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Journal Article

Citation

Tucker CJ, Finkelhor D, Turner H. J. Fam. Violence 2019; 34(8): 745-755.

Copyright

(Copyright © 2019, Holtzbrinck Springer Nature Publishing Group)

DOI

10.1007/s10896-018-0021-1

PMID

unavailable

Abstract

We document four patterns of sibling victimization (Persist, New, Desist, and None) across two time points and their association with peer victimization at time two and whether these linkages are apparent in early childhood, middle childhood and adolescence. A telephone survey (N = 1653) was conducted with a nationally representative sample of U.S. parents with children (age 3-9) and adolescents (age 10 to 17). The four patterns differed by age, gender, ethnicity and parent education levels but not family structure. The Persist, New and Desist sibling victimization patterns were associated with a greater likelihood of peer victimization. Sibling victimization patterns were unrelated to peer victimization in early childhood but predictive of peer victimization in middle childhood and adolescence.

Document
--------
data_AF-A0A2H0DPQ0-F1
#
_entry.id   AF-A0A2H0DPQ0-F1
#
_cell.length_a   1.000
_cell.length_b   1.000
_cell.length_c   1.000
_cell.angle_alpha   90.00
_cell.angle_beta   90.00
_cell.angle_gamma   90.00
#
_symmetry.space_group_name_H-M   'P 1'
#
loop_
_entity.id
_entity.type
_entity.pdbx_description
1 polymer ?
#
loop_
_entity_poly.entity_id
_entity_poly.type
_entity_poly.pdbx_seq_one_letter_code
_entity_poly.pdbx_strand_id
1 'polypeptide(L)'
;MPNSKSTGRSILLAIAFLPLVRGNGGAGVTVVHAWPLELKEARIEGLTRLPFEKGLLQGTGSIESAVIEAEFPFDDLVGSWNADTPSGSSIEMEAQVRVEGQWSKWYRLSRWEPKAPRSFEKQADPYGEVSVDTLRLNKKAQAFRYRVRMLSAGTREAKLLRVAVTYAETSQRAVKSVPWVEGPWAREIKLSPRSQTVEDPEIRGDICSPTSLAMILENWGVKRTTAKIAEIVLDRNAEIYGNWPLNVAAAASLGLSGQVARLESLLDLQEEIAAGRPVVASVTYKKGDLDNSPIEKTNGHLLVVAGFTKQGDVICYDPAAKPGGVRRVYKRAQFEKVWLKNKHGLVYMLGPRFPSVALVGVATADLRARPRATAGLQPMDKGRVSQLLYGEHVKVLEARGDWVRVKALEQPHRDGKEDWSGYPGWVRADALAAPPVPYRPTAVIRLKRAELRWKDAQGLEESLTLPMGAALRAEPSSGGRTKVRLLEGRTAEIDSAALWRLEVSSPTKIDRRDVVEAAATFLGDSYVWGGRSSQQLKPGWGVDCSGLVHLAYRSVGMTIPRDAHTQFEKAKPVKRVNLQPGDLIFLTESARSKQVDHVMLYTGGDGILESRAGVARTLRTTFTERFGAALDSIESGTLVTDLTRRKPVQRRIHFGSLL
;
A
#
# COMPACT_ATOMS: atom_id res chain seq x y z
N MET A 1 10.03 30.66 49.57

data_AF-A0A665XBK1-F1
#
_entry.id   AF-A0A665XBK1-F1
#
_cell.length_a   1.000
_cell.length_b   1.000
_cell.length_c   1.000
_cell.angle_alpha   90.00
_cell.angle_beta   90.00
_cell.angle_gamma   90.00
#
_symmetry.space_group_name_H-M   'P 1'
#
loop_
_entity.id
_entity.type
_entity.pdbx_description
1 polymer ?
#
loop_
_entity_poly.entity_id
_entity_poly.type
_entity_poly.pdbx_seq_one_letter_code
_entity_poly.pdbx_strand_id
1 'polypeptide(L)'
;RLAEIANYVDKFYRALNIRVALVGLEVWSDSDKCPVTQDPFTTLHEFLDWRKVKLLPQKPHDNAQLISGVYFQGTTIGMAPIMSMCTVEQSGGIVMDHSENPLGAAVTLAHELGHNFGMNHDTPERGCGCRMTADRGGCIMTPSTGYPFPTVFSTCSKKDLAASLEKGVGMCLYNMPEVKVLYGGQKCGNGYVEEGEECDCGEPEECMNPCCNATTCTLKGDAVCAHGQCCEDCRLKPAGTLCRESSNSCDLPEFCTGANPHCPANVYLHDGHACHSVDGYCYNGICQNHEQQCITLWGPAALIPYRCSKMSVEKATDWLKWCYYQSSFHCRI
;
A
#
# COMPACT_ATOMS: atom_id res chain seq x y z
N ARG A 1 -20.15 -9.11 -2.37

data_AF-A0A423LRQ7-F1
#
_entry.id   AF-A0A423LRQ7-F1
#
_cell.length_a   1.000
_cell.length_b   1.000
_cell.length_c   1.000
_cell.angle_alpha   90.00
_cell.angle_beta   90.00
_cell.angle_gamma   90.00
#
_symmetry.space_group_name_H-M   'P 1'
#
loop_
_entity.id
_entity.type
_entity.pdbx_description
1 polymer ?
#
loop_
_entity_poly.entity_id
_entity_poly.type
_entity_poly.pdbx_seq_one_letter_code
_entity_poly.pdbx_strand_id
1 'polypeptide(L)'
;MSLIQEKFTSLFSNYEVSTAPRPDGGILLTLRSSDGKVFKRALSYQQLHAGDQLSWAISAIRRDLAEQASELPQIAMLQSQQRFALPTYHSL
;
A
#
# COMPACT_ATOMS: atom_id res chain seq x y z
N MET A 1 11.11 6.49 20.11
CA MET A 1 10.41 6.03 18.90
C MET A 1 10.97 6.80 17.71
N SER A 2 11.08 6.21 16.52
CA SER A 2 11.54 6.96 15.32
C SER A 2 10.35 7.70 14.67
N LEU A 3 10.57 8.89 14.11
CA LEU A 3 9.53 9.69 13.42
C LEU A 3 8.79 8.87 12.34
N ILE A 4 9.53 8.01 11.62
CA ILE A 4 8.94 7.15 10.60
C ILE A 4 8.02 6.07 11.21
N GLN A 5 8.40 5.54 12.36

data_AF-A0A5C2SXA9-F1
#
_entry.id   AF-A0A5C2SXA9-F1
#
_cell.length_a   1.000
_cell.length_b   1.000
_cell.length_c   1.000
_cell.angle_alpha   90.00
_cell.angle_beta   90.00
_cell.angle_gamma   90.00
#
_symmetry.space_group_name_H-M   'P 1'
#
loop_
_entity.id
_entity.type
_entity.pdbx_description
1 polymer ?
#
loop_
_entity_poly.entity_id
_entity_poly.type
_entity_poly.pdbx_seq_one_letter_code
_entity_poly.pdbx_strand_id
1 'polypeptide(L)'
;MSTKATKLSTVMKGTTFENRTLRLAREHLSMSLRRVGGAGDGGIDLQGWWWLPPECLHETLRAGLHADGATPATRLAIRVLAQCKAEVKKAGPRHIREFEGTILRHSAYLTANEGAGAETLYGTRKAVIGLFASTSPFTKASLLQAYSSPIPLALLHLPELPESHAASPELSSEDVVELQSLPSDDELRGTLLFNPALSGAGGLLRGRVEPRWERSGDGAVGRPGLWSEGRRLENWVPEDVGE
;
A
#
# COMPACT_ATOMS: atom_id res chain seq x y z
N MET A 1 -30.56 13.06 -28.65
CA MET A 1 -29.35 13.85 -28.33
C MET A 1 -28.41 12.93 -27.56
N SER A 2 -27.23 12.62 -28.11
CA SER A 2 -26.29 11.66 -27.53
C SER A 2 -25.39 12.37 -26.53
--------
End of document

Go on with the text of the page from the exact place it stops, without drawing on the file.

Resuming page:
FINDINGS showed that sibling victimization leaves children and adolescents vulnerable to peer victimization. Children and adolescents who experienced chronic sibling victimization (Persist group) were particularly vulnerable to peer victimization. Eliminating sibling victimization could reduce peer victimization in middle childhood and adolescence.


Language: en

Keywords

Adolescence; Childhood; Peers; Siblings; Victimization

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